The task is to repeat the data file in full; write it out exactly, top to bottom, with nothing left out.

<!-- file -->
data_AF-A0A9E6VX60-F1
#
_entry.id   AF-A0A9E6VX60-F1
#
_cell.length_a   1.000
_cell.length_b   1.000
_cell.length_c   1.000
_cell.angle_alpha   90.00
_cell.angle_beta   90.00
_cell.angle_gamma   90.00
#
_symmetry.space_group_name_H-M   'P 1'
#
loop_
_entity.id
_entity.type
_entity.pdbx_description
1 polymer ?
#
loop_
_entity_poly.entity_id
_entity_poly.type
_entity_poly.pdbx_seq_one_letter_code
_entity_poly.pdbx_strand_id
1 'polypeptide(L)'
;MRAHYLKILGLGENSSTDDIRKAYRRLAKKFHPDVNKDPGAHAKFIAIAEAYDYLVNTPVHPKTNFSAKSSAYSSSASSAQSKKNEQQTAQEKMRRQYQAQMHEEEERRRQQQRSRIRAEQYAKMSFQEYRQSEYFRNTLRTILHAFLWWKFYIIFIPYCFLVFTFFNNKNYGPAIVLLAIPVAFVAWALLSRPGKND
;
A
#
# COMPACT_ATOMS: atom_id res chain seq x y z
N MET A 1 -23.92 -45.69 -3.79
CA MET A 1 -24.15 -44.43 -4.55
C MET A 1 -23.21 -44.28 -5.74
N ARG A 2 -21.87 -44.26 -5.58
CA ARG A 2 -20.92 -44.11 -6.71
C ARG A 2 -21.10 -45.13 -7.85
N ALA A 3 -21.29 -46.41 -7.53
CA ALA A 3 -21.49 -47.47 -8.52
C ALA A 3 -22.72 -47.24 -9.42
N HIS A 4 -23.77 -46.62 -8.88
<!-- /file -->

data_AF-A0A9E6VX60-F1
#
_entry.id   AF-A0A9E6VX60-F1
#
_cell.length_a   1.000
_cell.length_b   1.000
_cell.length_c   1.000
_cell.angle_alpha   90.00
_cell.angle_beta   90.00
_cell.angle_gamma   90.00
#
_symmetry.space_group_name_H-M   'P 1'
#
loop_
_entity.id
_entity.type
_entity.pdbx_description
1 polymer ?
#
loop_
_entity_poly.entity_id
_entity_poly.type
_entity_poly.pdbx_seq_one_letter_code
_entity_poly.pdbx_strand_id
1 'polypeptide(L)'
;MRAHYLKILGLGENSSTDDIRKAYRRLAKKFHPDVNKDPGAHAKFIAIAEAYDYLVNTPVHPKTNFSAKSSAYSSSASSAQSKKNEQQTAQEKMRRQYQAQMHEEEERRRQQQRSRIRAEQYAKMSFQEYRQSEYFRNTLRTILHAFLWWKFYIIFIPYCFLVFTFFNNKNYGPAIVLLAIPVAFVAWALLSRPGKND
;
A
#
# COMPACT_ATOMS: atom_id res chain seq x y z
N MET A 1 -23.92 -45.69 -3.79
CA MET A 1 -24.15 -44.43 -4.55
C MET A 1 -23.21 -44.28 -5.74
N ARG A 2 -21.87 -44.26 -5.58
CA ARG A 2 -20.92 -44.11 -6.71
C ARG A 2 -21.10 -45.13 -7.85
N ALA A 3 -21.29 -46.41 -7.53
CA ALA A 3 -21.49 -47.47 -8.52
C ALA A 3 -22.72 -47.24 -9.42
N HIS A 4 -23.77 -46.62 -8.88